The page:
Eduard Grosu: “I’m confident ahead of the Giro”
In 1936, four Romanian riders lined-up in Paris for the 30th edition of the Tour de France: George Hapciuc, Virgil Mormocea, Nicolae Tapu and Constantin Tudose. They were all amateurs and under the age of 30, and the Tour de France was their career highlight in terms of events raced, but it didn’t turn out to be a nice memory, as the weather, the crashes and the fast pace of the professional riders made their life a living hell in the first days of the race. Because of that, all four came after the time limit at various points during the race and were eventually disqualified.
Fast forward eight decades and Romania will again feature in a Grand Tour – the Giro d’Italia – where it will have not one, but two cyclists. One of these is Eduard Grosu, a 22-year-old coming from the town of Zarnesti, who rides for Italian Pro Continental outfit Nippo-Vini Fantini. One of the seven neo-pros who are at the start of the Corsa Rosa, he didn’t have the season he has planned so far, a cytomegalovirus and a mononucleosis hampering his preparation and race schedule. Despite of these problems, Edi Grosu fought hard to come back at a proper level and eventually made the team for the Giro d’Italia, where he hopes to help the squad, but also to make himself noticed during some stages.
– Edi, how was the Tour of Turkey?
It was a good race, very well-organized, and an important preparation ahead of the Giro. Overall, I really enjoyed the time spent there.
– What were your thoughts at the start of the race?
I wasn’t confident that I will have a strong week, as there were some question marks concerning my health, but soon I realized that all my problems were gone. I have some small regrets because I’m now aware that I could have had better results, but truth is it was my first race in a long time and it took a while to find my pace.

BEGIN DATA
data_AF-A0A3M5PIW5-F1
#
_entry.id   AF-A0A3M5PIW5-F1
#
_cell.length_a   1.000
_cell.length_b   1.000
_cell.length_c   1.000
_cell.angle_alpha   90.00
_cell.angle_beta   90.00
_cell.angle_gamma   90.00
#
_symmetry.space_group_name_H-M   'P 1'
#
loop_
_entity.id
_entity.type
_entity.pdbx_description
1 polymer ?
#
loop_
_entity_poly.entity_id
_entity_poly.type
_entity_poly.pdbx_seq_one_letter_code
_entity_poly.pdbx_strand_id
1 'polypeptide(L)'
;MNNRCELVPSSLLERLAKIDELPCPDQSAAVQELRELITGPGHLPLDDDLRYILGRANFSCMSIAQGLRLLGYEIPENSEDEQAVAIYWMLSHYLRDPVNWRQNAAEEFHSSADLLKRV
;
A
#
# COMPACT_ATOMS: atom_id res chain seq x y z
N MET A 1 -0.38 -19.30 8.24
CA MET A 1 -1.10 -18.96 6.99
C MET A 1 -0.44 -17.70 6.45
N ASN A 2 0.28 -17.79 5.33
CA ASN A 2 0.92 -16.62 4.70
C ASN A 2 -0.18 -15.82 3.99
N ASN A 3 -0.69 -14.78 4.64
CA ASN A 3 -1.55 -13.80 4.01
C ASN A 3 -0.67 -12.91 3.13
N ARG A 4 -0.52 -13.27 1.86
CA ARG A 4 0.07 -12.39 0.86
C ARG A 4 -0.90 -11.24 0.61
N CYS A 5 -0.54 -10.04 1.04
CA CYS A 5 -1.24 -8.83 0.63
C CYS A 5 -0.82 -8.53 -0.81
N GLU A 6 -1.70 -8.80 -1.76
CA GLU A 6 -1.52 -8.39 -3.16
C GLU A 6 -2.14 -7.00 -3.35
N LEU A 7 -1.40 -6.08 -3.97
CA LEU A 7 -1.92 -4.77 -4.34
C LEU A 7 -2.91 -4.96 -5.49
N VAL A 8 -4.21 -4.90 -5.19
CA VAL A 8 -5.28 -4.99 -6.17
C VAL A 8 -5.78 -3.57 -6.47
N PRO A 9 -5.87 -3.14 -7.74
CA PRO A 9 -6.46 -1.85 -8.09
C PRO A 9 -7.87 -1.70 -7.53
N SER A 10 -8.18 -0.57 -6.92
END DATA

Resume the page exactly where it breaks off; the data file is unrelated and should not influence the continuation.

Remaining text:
– You got a top 10 in stage two and went in a long breakaway on the last day. Looking back, what do you think of your display in Turkey?
In my opinion, I could have finished on the podium in the stage which finished in Antalya. After pulling for Daniele Colli in the finale, I went to the back of the pack with around three kilometers to go, and when we hit the last kilometer I was far in the bunch, somewhere around the 45th position. I just wanted to sprint to see how I would feel, and in the end I was very surprised to find out that I finished in the top 10. In the last stage, the team gave me “carte blanche”, as they wanted to go with Colli for the finish. So I went in the break and we were just four riders and there was a pretty strong headwind, so eventually we got caught with five kilometers to go, but it was pretty tight. During the stage I noticed that I have good legs, which gave me a lot of confidence for the Giro d’Italia.
– Now you’re heading to the Corsa Rosa. Did you get to look over the stages?
Yes, I know the parcours and I’m aware of the fact that it won’t be easy at all, but I hope that everything will be ok and that I can get over the difficult mountain stages.
– And what are your goals for the race?
I’m at about 60% of my potential now and if everything goes well, I will try to do something in the last week. At the beginning of the year I was focused on the first week of the race, but due to my health problems I had to change my targets, so now I will try to help the team and find my form, and eventually do something in the last stages.